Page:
12:25:52 | 2012-05-07
(New York, NY) — We wouldn’t run a business without a business plan, why do we implement new technology without a technology plan?
It’s fascinating to see how many NY State Brokers have changed their attitude toward technology. In just a few short years I’ve seen mortal terror and abject loathing replaced by healthy curiosity and in many cases aggressive pursuit.
With the move online of Real Estate Forms *ZipForms, Social Networking, tools like Nestio, RentJuice, Cloud Computing and numerous other online technologies, the technology bar has been significantly raised. We have been compelled to re-think our technology needs and ultimately forced to reflect more broadly. So these days’ we don’t often talk as much about whether we need it, but instead, our thoughts often wander to how much technology we need to buy, how we can use it and in these tight economic times, how can we best leverage our existing tech holdings.
I think in many cases the techno-pendulum may have swung too far in the other direction, in my opinion, the social networking craze is an example of a great idea over-done and over-hyped … no one has yet shown me solid planning and solid ROI numbers for the Social Networking genre.
It sure can be fun … but does it really make money?
Fascinated with the continuing parade of new toys and the promise of success gained through a “Techno-Superiority” … the industry feels that the pressure is on and the juggernaut is on a continuing roll to the “Bleeding Edge”.
Many times we all forget that technology is a tool just like a hammer or a screwdriver, it’s a tool that serves a purpose only if you have a clear goal to accomplish. The administration, management and use of information technology (IT) may well be the most demanding task ever to challenge the real estate business. It certainly is one of the most high profile developments in recent years. Over the next few years, the application and use of real estate technology may well determine the winners and losers in a renewed and reconfigured New York real estate industry. It’s not just real estate that’s being sucked into this, it’s all major industries.
Many NYC industry Guru’s have openly admitted that in order to stay competitive, their companies have had to move extensively online and in particular, social networking just to stay alive! Many contemporary management thinkers have indicated that it’s a “must have” strategy to move rapidly into advanced technology to ensure that their companies could stay current. These same companies have a major plan to embrace electronic commerce and the online consumer, and to establish strategic business alliances.
This is a theme that’s running rampant through all of American business, “we are threatened, we must keep up, and we must get e-business.”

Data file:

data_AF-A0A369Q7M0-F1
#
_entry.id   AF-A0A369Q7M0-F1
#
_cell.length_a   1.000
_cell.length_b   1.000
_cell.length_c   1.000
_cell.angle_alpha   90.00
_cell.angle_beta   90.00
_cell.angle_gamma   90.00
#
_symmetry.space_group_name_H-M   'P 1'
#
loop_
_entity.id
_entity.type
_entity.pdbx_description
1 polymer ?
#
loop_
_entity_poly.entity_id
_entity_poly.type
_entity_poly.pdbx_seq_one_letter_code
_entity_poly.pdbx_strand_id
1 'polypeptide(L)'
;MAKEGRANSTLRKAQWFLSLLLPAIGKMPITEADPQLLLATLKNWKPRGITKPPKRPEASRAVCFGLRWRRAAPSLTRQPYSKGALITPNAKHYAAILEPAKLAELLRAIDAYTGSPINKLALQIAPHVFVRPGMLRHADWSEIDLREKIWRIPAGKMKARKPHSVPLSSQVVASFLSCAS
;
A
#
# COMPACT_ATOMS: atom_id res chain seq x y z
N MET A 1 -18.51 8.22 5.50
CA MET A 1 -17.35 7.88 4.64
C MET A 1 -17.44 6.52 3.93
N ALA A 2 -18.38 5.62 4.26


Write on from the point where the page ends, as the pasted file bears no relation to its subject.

What the real estate business seems to lack is what other industries have long recognized … plan, plan, plan!
While we’ve been busy wringing our hands over the economy and poorly performing real estate market, virtually all major industries and companies have recognized the need to develop technology plans in support of their business plans.
This is a novel idea in real estate. Technology and business automation have traditionally been viewed as a cost having little to do with the overall business strategy. As one client put it aptly … ” one commission check can easily pay for that new laptop, printer and software … but the cost of that technology is minimal in comparison to the revenue it can help me to generate”.
It’s long overdue for the real estate industry to take on the challenge of comprehensive technology planning. It’s imperative that New York real estate firms and agents view technology as a strategic resource and a vital requirement to the success of the enterprise. The technology plan must support the overall strategic plan and must be an integral part of the resource allocation process. If information technology is an integrally linked part of your business plan, it can create a substantial and sustainable market advantage for the entire enterprise as well as for the individual agent.
If information technology (IT) is to yield a market differentiator, it’s essential that owners become conversant with IT. Many owners are unfamiliar and uncomfortable with IT and often place it under their financial organization because accounting is the major application they see. In reality, the creation of an effective plan often will require the addition of a competent and effective technology manager! Whether that person is internal or an outsourced resource is immaterial … This person should be a member of the senior management team of the organization and know both technology and real estate. What this means is that this person must have detailed knowledge of the company’s strategic and business plans as well as its technology plan, and have ownership of the firm’s success along with the other senior officers.
To the extent that many forget the necessity of planning and integrating technology with the way we do business, others tend to flail about without producing much for results. There are many competitors out there who know how to use technology and are working diligently to learn about the real estate business. To beat them, you need to understand technology, get the planning done and get on with the implementation.
Corcoran’s Interactive Windows, Carnegie Hill Office, Manhattan